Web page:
Looking after your mental health whilst studying
BY GURVINDER SINGH
You’re on your chosen course, at your selected uni, and back home the family thinks you’re having the time of your life. Yet the days of life are just passing by emptily. You’re trapped inside your own mind, stuck in a deep dark hole. Being alive yet dead.
You feel so little yet so much. Angry. Stressed. Confused. Alone. Insecure. Hopeless. Anxious. Depressed. Perhaps you know why you feel like this, or maybe you don’t have a clue.
You won’t believe it in this moment, but trust me, you WILL feel happy once more. Things WILL get better. You will learn how to climb the ladder to get out of this dark hole. You just need to find out what your weapons against the demons are.
The first step to recovering is acknowledging that you have a mental health problem, and that it’s normal amongst many people but NOT healthy. No matter how bad things are right now, it’s all a temporary phase in your life and can be fully cured.
The second, and the most important step, is to ask for help. This is probably the hardest step to take. As Sikhs, we’re so used to giving to others, but when it comes to receiving, there’s a stereotype of whoever rejects the most help is the the most fearless. Asking for help is one of the bravest decisions you can ever make, and it takes true strength to show your vulnerabilities to others.
I can’t stress enough the importance of visiting a professional. Therapy will help you handle your emotions from triggers and get to the root cause of whatever problem you’re struggling with. Therapy can be expensive but your health is priceless. Besides, most GPs and uni’s will offer a few free sessions of counselling. Not all therapists and types of therapy are the same though. You may need to go through a few to find one you really click with - everyone is different so what works for me may not work for you.
On top of that, you have your family and friends to open up to as well. Realise you’re not a burden and they’ll do everything in their power to support you. You’ll be surprised how many of them have suffered similarly to you but kept it quiet all along.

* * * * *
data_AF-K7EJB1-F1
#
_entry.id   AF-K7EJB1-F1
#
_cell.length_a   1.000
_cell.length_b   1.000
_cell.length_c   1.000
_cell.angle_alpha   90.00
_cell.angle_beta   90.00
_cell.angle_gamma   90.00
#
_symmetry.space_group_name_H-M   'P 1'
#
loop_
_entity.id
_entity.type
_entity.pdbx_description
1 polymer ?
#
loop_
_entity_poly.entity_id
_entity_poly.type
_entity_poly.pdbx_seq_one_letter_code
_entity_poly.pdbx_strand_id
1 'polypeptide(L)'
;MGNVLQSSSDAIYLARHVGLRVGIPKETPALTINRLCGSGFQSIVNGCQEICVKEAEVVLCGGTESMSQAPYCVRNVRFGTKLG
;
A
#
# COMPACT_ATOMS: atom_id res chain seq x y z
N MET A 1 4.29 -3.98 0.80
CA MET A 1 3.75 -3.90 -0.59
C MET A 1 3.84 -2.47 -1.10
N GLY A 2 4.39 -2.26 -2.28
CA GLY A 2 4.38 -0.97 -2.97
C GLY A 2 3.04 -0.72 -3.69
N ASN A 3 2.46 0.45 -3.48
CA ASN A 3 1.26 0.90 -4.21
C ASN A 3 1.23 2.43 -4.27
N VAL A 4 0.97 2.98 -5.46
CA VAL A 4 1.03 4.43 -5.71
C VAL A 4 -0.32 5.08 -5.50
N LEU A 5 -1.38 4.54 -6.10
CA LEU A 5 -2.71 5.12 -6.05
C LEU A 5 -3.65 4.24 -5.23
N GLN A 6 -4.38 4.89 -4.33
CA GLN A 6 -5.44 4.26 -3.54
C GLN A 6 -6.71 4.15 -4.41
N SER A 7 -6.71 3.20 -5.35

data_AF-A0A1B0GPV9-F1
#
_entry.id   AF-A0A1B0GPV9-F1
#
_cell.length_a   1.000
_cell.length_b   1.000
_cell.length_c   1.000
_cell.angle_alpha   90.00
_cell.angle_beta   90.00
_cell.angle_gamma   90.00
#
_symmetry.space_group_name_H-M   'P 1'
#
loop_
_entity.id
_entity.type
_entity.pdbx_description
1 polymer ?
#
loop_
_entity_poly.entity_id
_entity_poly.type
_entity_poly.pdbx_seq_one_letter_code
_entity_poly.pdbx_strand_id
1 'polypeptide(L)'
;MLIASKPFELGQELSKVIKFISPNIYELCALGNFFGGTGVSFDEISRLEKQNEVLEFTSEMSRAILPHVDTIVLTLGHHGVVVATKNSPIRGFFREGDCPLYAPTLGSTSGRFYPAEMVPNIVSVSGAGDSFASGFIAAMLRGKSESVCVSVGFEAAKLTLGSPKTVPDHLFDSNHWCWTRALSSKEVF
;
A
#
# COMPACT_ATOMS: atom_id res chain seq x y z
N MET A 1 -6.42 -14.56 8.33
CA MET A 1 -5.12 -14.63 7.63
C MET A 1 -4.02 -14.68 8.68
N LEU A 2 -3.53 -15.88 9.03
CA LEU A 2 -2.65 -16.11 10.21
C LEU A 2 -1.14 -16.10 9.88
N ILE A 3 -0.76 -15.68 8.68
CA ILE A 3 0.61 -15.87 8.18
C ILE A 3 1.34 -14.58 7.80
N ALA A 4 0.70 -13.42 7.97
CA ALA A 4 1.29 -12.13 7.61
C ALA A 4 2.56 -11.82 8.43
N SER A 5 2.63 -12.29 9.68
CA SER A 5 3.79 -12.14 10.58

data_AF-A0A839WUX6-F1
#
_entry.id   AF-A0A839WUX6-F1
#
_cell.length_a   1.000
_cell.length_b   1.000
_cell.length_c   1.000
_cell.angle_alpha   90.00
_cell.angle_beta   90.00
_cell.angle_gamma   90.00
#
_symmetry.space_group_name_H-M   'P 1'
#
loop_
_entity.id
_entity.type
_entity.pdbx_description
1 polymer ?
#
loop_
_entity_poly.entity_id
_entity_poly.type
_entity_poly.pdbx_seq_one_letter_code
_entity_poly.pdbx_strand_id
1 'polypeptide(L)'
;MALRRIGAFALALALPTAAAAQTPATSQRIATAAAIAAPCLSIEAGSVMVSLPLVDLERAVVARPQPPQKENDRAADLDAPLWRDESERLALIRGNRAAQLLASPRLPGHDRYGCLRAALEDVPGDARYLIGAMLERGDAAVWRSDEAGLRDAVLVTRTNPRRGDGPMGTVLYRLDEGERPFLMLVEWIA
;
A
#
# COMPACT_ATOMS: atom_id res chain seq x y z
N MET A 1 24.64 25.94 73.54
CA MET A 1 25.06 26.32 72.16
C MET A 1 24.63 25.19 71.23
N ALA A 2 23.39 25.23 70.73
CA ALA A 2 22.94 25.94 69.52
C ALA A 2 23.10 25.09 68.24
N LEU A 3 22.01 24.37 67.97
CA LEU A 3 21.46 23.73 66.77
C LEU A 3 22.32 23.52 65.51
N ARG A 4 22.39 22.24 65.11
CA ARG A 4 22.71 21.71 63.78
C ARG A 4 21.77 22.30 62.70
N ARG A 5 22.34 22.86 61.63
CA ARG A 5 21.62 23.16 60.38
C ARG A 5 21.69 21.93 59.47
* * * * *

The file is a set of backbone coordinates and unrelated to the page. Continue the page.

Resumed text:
Don’t forget about your university’s staff too. Let them know about your mental health and they’ll make amendments to the assessments on your course, so you’re more able to cope with your studies. If it’s exceptionally bad, then taking a leave of absence from your studies can be an absolute lifesaver, so you’re able to put all you energy into just YOU.
Remember that antidepressants are an option as well, there’s nothing to be ashamed of if you take them! We wouldn’t hesitate to take a painkiller, so why is it different with SSRIs? These meds aren’t for everyone, but they can be a BOOST to stabilise the minds of many. A pill can make the difference of you getting out of bed, to carry out your day to day activities, or just sleeping all day. They’re absolutely temporary and you’re not reliant on them.
The third step is to open up your armoury to find out what weapons you have against the demons.
Below are a few examples:
- Reading and writing:
- Self help books can teach you to have a positive outlook on yourself and the world as well as destroying your perceptions of your ‘limitations’. Writing your thoughts down pen to paper helps put those thoughts into a bigger perspective.
- Keeping physically healthy:
- Your physical health is linked to your mental health and vice versa. It’s crucial to keep your physical body in check in order to accelerate becoming healthier mentally. Certain foods can affect your moods - you are what you eat! Whether it’s weight training, yoga, or cardio - exercising will provide you with a ‘feel good’ vibe and set your mood for the rest of the day.
- Listening or playing - music has been a healer for centuries. Be careful with this one though, listening to sad songs can make you feel worse so stick to upbeat and happy music only. Playing a musical instrument is incredibly meditative and provides a sense of calmness all around.
- ‘Your thoughts are not you’. Mindfulness is a type of meditation which trains you to separate your thoughts from reality. Every single person on this planet has negative thoughts, but the happy ones are those who know how to process those thoughts.
- Cutting off toxic people:
- Those individuals who make things worse for you don’t deserve to be in your life. The bravest thing you can do is cut them off. It might bring you hurt in the moment but you’re doing yourself a favour in the long run. Tying in with this, meeting new people can raise your spirits. If you haven’t already, join your Sikh Society!
- Recognising and beating self destructive addictions:
- The bulk of people who have problems with their mental health also have self destructive addictions as ‘coping mechanisms’. It might be wasting hours of your time binge watching Netflix. Spending money you don’t have on clothes. Or drinking alcohol every night. These addictions will make you happy in the moment, but in the long run they’re not doing you any favours.
- Gratitude and faith:
- This is the most powerful weapon. Perform a gratitude prayer everyday, but don’t compare yourself to others because it’ll probably make you feel guilty and a lot worse. Don’t underestimate the power of having faith in God. Faith in the Gurus. Faith in spirituality. Faith in yourself. During this hard time, your faith might become weaker, and that’s okay - it will come back.
If you wish to contact me, don’t hesitate to contact me on my instagram: dr_gindybob or email: firstname.lastname@example.org.
Always remember, life might be hammering you like glass right now, but that same hammer will forge you into steel.
Gindy (Gurvinder Singh)